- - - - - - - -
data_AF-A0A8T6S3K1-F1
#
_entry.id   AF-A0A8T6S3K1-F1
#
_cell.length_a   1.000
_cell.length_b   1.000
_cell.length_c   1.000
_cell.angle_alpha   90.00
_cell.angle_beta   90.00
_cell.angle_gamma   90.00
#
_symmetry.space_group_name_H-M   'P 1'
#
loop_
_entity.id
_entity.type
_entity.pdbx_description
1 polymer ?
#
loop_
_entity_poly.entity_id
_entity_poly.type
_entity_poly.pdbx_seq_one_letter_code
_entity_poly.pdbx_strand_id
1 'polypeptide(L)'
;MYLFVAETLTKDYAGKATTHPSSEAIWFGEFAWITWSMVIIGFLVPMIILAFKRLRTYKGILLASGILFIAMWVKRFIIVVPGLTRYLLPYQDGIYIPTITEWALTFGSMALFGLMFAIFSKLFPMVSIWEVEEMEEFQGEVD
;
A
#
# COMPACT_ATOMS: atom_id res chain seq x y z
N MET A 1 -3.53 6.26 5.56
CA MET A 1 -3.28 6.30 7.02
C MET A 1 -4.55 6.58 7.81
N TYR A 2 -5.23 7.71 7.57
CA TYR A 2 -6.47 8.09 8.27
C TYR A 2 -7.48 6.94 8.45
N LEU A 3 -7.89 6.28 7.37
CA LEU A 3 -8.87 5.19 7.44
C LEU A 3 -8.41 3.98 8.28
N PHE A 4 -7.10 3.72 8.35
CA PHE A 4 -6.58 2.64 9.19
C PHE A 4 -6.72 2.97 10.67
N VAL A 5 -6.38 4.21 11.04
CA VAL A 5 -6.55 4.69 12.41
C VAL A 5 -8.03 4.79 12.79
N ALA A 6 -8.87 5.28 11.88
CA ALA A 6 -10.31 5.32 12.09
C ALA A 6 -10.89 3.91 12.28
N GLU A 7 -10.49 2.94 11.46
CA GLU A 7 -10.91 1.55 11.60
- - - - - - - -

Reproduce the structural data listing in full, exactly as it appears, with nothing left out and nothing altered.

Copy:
data_AF-A0A8T6S3K1-F1
#
_entry.id   AF-A0A8T6S3K1-F1
#
_cell.length_a   1.000
_cell.length_b   1.000
_cell.length_c   1.000
_cell.angle_alpha   90.00
_cell.angle_beta   90.00
_cell.angle_gamma   90.00
#
_symmetry.space_group_name_H-M   'P 1'
#
loop_
_entity.id
_entity.type
_entity.pdbx_description
1 polymer ?
#
loop_
_entity_poly.entity_id
_entity_poly.type
_entity_poly.pdbx_seq_one_letter_code
_entity_poly.pdbx_strand_id
1 'polypeptide(L)'
;MYLFVAETLTKDYAGKATTHPSSEAIWFGEFAWITWSMVIIGFLVPMIILAFKRLRTYKGILLASGILFIAMWVKRFIIVVPGLTRYLLPYQDGIYIPTITEWALTFGSMALFGLMFAIFSKLFPMVSIWEVEEMEEFQGEVD
;
A
#
# COMPACT_ATOMS: atom_id res chain seq x y z
N MET A 1 -3.53 6.26 5.56
CA MET A 1 -3.28 6.30 7.02
C MET A 1 -4.55 6.58 7.81
N TYR A 2 -5.23 7.71 7.57
CA TYR A 2 -6.47 8.09 8.27
C TYR A 2 -7.48 6.94 8.45
N LEU A 3 -7.89 6.28 7.37
CA LEU A 3 -8.87 5.19 7.44
C LEU A 3 -8.41 3.98 8.28
N PHE A 4 -7.10 3.72 8.35
CA PHE A 4 -6.58 2.64 9.19
C PHE A 4 -6.72 2.97 10.67
N VAL A 5 -6.38 4.21 11.04
CA VAL A 5 -6.55 4.69 12.41
C VAL A 5 -8.03 4.79 12.79
N ALA A 6 -8.87 5.28 11.88
CA ALA A 6 -10.31 5.32 12.09
C ALA A 6 -10.89 3.91 12.28
N GLU A 7 -10.49 2.94 11.46
CA GLU A 7 -10.91 1.55 11.60